One of America’s big three rating agencies believes that a European rival would be would be good for the markets and could help to build confidence among investors.
Standard & Poor’s President Deven Sharma welcomed the competition another rating giant would bring, telling CNBC Tuesday that if "that is where policy makers want to go, I think it will be good for the marketplace."
On Tuesday, rival ratings agency Moody’s followed its peers in downgrading Portugal, a move which many argued was already widely anticipated by the financial markets.
But the downgrade renewed calls for a European ratings agency, with European Central Bank President Jean-Claude Trichet telling French daily Liberation: "It is probably appropriate not to continue to have a worldwide oligopoly of three agencies."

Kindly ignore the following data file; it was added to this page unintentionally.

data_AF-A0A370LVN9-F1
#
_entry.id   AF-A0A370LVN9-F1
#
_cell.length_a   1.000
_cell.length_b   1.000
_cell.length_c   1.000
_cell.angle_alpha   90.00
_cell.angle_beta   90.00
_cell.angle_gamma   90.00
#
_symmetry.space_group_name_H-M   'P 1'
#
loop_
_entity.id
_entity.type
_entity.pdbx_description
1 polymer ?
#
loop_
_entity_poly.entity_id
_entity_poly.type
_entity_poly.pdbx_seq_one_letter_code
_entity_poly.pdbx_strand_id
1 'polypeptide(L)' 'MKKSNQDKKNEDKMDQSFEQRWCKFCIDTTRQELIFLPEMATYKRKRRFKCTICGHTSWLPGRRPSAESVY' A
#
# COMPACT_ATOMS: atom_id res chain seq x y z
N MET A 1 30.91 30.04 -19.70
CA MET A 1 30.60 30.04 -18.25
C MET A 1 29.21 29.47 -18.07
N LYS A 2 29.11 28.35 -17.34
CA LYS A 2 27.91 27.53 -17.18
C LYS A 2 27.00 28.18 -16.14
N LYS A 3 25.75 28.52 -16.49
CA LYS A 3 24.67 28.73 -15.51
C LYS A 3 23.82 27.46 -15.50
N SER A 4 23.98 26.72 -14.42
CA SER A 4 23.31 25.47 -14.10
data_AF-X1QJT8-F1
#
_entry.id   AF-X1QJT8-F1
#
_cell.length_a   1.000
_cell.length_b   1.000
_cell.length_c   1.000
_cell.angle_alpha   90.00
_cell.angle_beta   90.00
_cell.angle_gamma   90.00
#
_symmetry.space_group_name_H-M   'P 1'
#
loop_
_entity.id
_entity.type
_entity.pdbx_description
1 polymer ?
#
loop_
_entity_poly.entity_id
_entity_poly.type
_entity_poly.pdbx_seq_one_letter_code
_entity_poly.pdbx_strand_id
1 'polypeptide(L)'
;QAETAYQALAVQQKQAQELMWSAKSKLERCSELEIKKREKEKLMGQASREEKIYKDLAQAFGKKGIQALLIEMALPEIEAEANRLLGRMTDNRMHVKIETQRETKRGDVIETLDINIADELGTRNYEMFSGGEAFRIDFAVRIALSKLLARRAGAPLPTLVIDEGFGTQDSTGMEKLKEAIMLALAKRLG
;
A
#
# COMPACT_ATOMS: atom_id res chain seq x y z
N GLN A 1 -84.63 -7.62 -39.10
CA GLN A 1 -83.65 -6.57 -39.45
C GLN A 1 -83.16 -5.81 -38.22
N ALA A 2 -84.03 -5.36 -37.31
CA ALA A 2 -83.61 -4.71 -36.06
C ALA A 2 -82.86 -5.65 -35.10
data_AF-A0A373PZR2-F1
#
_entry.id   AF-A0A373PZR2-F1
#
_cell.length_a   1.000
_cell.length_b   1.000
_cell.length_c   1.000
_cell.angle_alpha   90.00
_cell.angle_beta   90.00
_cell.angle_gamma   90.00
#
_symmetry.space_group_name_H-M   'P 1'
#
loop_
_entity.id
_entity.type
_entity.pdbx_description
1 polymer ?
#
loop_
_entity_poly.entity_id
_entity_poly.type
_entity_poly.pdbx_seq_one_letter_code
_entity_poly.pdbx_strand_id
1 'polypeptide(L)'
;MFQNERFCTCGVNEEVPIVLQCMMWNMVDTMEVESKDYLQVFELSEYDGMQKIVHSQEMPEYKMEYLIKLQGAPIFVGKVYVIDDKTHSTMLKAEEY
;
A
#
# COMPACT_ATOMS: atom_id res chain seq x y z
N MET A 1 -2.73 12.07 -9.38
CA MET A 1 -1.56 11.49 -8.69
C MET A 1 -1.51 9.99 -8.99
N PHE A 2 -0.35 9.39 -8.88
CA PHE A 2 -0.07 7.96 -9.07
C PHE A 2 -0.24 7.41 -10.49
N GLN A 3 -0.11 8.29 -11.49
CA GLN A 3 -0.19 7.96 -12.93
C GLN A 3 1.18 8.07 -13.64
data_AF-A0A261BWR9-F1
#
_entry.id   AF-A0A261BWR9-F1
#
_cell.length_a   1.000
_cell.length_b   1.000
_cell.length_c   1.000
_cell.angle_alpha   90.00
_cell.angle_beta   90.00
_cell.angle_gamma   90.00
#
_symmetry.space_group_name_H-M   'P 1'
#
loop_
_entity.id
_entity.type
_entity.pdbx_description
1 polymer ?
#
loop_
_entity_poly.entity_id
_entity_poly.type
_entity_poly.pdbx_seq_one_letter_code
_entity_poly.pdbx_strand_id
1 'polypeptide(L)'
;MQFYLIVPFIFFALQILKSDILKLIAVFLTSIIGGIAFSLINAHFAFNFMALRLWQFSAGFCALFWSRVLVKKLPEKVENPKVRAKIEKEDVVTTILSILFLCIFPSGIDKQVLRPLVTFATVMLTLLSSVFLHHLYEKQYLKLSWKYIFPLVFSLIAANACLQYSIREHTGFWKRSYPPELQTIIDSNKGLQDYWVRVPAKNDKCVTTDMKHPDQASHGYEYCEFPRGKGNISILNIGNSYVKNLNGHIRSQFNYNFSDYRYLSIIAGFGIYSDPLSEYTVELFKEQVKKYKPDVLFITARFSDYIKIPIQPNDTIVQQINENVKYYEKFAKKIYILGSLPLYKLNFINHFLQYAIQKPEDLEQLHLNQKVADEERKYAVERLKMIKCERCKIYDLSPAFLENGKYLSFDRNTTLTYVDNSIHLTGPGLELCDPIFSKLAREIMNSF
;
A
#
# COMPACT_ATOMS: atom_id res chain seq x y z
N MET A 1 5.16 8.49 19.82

Trichet went on to say that the actions of the ratings giants have exacerbated market swings, “amplifying the rises and falls in the financial markets."
But McGraw Hill's S&P , Moody’s and Fitch are not only facing competition in Europe. China’s leading rating agency, Dagong Global, stripped the UK, US, Germany and France of their AAA ratings, accusing its competitors of being biased towards the West.
S&P’s Sharma denied this accusation. When asked if there was a bias towards Western ratings he said: "I can say it very clearly, none."